Origin of glacierFrench (orig., Savoy dialect, dialectal from source also German gletscher) from Vulgar Latin an unverified form glaciarium from glacia, for Classical Latin glacies, ice: see glacial
A large glacier.
The definition of a glacier is a huge mass of ice and snow that forms where snow gathers faster than it melts and flows along with water over an area of land.
An example of a glacier is the Perito Moreno in Patagonia.
a large mass of ice and snow that forms in areas where the rate of snowfall constantly exceeds the rate at which the snow melts: it moves slowly outward from the center of accumulation or down a mountain until it melts or breaks away
A huge mass of ice slowly flowing over a landmass, formed from compacted snow in an area where snow accumulation has exceeded melting and sublimation.
Origin of glacierFrench from Old French cold place from glace ice from Vulgar Latin glacia from Latin glaciēs ; see gel- in Indo-European roots.
A large mass of ice moving very slowly through a valley or spreading outward from a center. Glaciers form over many years from packed snow in areas where snow accumulates faster than it melts. A glacier is always moving, but when its forward edge melts faster than the ice behind it advances, the glacier as a whole shrinks backward.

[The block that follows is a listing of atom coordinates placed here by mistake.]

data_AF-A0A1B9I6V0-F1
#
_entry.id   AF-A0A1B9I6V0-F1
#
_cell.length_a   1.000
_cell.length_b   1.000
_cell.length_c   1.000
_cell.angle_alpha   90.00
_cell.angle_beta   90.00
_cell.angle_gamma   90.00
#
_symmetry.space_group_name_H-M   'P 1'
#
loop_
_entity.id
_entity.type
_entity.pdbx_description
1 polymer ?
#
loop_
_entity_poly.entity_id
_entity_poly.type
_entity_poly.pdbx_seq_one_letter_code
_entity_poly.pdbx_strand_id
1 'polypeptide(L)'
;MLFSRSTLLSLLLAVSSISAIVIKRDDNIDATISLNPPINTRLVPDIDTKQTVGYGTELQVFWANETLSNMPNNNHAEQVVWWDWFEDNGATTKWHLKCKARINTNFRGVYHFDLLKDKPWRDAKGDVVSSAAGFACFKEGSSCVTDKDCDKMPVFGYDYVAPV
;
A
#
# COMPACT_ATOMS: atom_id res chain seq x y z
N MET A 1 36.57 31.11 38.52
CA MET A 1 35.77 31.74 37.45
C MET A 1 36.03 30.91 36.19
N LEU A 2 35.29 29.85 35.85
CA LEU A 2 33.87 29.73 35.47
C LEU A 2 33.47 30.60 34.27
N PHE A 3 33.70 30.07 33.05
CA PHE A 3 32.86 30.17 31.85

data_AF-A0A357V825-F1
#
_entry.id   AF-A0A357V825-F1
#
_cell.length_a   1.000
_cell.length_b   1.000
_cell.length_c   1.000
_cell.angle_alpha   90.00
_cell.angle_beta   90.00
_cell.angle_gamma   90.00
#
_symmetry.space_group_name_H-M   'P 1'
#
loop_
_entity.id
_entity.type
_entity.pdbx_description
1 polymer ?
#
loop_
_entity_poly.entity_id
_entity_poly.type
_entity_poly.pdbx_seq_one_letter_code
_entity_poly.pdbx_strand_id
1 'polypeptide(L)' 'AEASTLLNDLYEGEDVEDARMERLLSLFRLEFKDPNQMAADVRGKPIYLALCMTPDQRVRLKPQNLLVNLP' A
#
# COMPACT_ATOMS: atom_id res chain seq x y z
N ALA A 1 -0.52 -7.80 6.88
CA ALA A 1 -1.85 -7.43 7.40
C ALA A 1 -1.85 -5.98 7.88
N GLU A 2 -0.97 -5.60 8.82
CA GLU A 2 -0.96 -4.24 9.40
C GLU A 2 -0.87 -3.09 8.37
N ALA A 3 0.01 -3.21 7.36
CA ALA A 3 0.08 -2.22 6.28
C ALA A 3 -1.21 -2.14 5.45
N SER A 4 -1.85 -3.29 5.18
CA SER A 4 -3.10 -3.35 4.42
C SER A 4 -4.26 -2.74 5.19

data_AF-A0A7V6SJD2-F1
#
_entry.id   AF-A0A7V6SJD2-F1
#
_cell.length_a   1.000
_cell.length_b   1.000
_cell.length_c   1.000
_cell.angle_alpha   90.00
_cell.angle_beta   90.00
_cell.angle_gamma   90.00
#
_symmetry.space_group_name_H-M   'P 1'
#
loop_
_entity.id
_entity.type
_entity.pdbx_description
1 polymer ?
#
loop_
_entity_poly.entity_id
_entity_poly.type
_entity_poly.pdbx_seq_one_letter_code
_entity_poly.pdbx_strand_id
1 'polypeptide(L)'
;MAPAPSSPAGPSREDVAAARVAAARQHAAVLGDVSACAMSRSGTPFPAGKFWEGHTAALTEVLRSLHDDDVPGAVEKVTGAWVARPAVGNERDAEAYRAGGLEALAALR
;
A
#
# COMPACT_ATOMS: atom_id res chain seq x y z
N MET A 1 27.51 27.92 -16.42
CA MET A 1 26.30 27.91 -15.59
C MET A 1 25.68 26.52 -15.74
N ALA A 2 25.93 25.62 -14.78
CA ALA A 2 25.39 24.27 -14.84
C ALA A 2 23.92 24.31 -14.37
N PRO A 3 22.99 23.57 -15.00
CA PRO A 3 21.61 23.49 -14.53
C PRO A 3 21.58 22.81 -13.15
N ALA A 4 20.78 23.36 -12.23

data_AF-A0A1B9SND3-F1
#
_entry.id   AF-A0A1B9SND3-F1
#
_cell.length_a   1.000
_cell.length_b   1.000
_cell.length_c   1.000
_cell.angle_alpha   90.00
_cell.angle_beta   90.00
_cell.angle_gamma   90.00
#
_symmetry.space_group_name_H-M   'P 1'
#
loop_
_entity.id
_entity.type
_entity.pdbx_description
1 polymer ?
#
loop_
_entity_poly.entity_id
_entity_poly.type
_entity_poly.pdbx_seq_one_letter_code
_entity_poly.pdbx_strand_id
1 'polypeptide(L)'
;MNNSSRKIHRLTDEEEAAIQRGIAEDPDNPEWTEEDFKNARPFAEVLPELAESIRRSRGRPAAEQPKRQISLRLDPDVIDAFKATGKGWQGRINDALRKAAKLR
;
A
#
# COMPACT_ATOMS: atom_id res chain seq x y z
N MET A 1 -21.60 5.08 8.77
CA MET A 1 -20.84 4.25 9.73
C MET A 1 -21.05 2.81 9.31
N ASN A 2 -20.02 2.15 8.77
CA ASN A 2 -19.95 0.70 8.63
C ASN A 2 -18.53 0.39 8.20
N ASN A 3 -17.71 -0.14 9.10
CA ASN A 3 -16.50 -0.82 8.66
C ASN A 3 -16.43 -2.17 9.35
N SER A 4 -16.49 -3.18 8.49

glacier - Computer Definition
- About half a mile from the glacier the river turns S.E.
- Most of the glaciers terminate at an altitude of 14,800-14,900 feet, but the small Cesar glacier, drained to the Hausberg valley, reaches to 14,450.
- The whole interior of Greenland is completely covered by the so-called inland ice, an enormous glacier forming a regular shield-shaped expanse of snow and glacier ice, and burying all valleys and mountains far below its surface.
- Long, which, with the smaller Kolb glacier, lie immediately west of the main divide.
- It is unnecessary here to rake among the ashes of this prolonged dispute, but it may be noted that Helmholtz, who, in his lecture on "Ice and Glaciers," adopted Thomson's theory, afterwards added in an appendix that he had come to the conclusion that Tyndall had "assigned the essential and principal cause of glacier motion in referring it to fracture and regelation" (1865).